By St. Louis Post-Dispatch
This past Saturday, an armed St. Louis resident on a bathroom break at a St. Charles QuikTrip shot and killed a knife-wielding robber, possibly saving the life of a store clerk. On Sunday, at an Indianapolis-area shopping mall, another armed civilian shot and killed a gunman who had just killed three others and could have killed more.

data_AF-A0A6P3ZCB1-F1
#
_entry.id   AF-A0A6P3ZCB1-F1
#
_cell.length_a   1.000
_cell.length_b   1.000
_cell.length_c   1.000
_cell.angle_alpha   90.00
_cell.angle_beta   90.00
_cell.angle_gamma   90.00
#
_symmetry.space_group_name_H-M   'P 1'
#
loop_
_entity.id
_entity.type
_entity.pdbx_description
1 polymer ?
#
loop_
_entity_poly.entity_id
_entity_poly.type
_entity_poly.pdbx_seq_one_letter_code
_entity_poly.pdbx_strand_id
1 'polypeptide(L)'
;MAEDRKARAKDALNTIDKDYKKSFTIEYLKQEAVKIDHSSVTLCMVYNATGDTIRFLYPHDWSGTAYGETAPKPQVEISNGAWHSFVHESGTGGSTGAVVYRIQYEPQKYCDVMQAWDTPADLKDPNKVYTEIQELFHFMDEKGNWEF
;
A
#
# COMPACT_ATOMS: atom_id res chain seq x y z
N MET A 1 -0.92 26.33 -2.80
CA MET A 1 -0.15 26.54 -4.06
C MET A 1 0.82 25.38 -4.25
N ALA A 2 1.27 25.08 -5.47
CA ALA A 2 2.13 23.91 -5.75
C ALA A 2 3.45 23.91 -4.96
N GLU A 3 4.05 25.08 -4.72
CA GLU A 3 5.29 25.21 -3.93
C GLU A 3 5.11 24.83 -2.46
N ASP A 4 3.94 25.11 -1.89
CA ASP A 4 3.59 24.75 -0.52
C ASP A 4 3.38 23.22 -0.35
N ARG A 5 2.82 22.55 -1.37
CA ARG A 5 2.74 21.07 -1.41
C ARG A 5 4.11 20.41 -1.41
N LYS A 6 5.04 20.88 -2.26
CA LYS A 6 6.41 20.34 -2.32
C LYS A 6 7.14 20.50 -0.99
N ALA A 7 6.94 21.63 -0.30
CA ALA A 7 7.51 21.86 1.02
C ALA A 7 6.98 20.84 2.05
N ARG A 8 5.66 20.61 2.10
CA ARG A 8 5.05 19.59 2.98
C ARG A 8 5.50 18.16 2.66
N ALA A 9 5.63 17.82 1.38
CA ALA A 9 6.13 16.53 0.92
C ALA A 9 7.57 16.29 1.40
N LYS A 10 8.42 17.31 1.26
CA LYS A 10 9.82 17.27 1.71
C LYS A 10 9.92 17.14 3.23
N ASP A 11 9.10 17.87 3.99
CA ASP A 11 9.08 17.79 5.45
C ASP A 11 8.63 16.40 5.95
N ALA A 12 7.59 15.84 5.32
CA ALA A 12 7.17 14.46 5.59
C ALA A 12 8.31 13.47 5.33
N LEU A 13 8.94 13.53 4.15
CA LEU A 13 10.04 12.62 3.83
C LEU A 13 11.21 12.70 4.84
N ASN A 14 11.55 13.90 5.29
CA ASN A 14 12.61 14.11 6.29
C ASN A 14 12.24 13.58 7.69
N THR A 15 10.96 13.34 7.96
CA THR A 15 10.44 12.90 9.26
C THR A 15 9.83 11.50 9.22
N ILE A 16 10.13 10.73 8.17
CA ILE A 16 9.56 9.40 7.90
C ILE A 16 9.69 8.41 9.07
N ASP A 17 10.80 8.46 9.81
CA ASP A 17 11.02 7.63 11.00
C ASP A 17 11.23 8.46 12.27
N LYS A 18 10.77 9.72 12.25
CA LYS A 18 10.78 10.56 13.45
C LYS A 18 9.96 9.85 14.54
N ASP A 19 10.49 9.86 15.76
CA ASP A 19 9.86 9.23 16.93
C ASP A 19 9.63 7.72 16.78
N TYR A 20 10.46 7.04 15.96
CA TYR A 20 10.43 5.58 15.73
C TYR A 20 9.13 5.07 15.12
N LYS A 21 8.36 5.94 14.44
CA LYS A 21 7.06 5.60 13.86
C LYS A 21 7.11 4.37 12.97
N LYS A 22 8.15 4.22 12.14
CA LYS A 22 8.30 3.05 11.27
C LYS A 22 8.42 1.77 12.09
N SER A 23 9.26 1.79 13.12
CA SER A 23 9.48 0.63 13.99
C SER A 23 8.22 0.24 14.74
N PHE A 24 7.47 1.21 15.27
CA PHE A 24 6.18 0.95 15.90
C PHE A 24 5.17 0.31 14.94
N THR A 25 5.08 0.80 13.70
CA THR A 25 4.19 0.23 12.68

While both are cases of demonstrable courage and heroism, and might appear to vindicate the National Rifle Association’s much-touted “good guy with a gun” theory of addressing America’s violence epidemic, the triumphant chorus from some quarters should look at the facts. A New York Times analysis last month of how most active-shooter crises end drives home what a lightning strike these scenarios are. And the outrageous new details about the hundreds of good guys with guns (and badges) who failed for more than an hour to stop the grade school massacre in Uvalde, Texas, is instructive.